Hard Times in New York Town

(Part Four in my series on my six years in New York)

This is life — it’s not all summer fridays and springtime in Central Park, you know.  Even under a bright blue June sky, with the blue-suited men breaking out their Hermes ties with the anchors (finally!) and the women stripping off their stockings, they still kick you when you’re up and knock you when you’re down.

In New York, there are nights when you don’t sleep.  The Second Avenue Subway sonsofbitches are working all night, and you wonder why we need a Second Avenue Subway in the first place (and then you wait for three 6 trains to pass at 7 o’clock the next morning, and remember). 

There were nights when you were sleepless for other reasons — it used to be the view up Park Avenue, unobstructed all the way to Westchester; paperclipping documents instead of stapling them; catching hell for whatever choices you made the next morning anyway.  Years spent toiling away in dungeons 30, 40 stories up in order to justify the Esq. at the end of your name, and the Mrs. at the beginning.  For what?!  Sometimes it was yelling all night; and sometimes it was screaming all night.

New York hurts, sometimes.

People disappear, and you never know.  Some stay forever but they’re invisible; some stay for only a year then they’re gone.  You don’t know it until you hear it from a friend of a friend of a friend that they’ve left New York — and you — behind.  Friends come to visit, and they only want to see New York — you are incidental to the trip.  They want lines, lines, waiting in lines — nightclubs, bars, bathrooms.  From the Staten Island Ferry to the Empire State Building; lines everywhere, buzz buzz buzz.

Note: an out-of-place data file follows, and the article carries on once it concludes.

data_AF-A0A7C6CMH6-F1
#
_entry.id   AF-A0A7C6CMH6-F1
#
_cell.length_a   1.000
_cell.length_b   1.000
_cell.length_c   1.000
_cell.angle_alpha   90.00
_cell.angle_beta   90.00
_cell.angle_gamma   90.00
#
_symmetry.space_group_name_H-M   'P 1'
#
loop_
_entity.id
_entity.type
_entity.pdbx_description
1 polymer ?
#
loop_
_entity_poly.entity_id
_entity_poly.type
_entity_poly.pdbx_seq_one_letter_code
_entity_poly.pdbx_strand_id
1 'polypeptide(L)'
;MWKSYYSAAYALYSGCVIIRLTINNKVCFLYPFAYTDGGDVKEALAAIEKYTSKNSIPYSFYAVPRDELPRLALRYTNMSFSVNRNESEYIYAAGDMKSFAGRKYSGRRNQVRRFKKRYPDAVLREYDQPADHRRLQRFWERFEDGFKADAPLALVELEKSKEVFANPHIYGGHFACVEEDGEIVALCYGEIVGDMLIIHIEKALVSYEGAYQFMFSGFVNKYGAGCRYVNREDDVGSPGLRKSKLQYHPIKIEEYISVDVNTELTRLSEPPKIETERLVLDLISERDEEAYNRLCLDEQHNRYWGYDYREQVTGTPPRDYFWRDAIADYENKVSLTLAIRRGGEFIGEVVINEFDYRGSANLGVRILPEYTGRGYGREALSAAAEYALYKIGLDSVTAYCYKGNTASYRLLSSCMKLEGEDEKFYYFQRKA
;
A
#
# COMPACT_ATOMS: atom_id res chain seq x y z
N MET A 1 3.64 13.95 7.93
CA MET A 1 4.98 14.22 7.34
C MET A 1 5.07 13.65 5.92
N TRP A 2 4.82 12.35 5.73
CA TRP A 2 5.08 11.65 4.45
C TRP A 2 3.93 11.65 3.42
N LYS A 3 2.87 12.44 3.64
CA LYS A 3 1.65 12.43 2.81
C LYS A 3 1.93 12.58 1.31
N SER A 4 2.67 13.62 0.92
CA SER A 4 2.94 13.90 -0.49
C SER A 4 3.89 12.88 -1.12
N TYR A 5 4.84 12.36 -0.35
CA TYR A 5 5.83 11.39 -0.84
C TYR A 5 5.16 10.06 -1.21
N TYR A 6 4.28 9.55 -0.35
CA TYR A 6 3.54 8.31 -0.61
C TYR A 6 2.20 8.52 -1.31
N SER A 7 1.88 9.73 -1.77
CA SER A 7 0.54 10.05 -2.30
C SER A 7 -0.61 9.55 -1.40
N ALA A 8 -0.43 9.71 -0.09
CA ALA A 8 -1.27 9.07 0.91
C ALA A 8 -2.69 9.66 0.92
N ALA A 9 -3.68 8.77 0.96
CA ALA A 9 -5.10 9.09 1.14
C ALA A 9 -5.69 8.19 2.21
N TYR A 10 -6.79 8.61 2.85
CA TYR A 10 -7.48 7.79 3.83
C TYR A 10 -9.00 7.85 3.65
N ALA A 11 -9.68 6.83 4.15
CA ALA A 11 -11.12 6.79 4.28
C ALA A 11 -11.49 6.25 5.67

It wears you out.  There are lines on your face that weren’t there before you were here.

The streets are dirty; they’re full of strangers.  The filth piles up on the curbs — freezing in the winter; stinking in the summer.  You’re hiding in the open; a no one; a nobody; a number, maybe. 

Sleepless; creased; stinking, you stagger the numbered blocks; the named and ordered avenues like you are charting a course to somewhere.

But somewhere is nowhere; nowhere but here. 

So you sleep another sleepless night, and you wake to another garbage-filled morning, and you do it again.

2 Comments

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  1. As one who lived here in the early ’80’s, escaped for nearly three decades, and now find myself here again, I could not agree more. There are wonderful things and people here but they are often (nearly always?) obscured by the less-than-wonderful things and people that seem to be everywhere. Save me.

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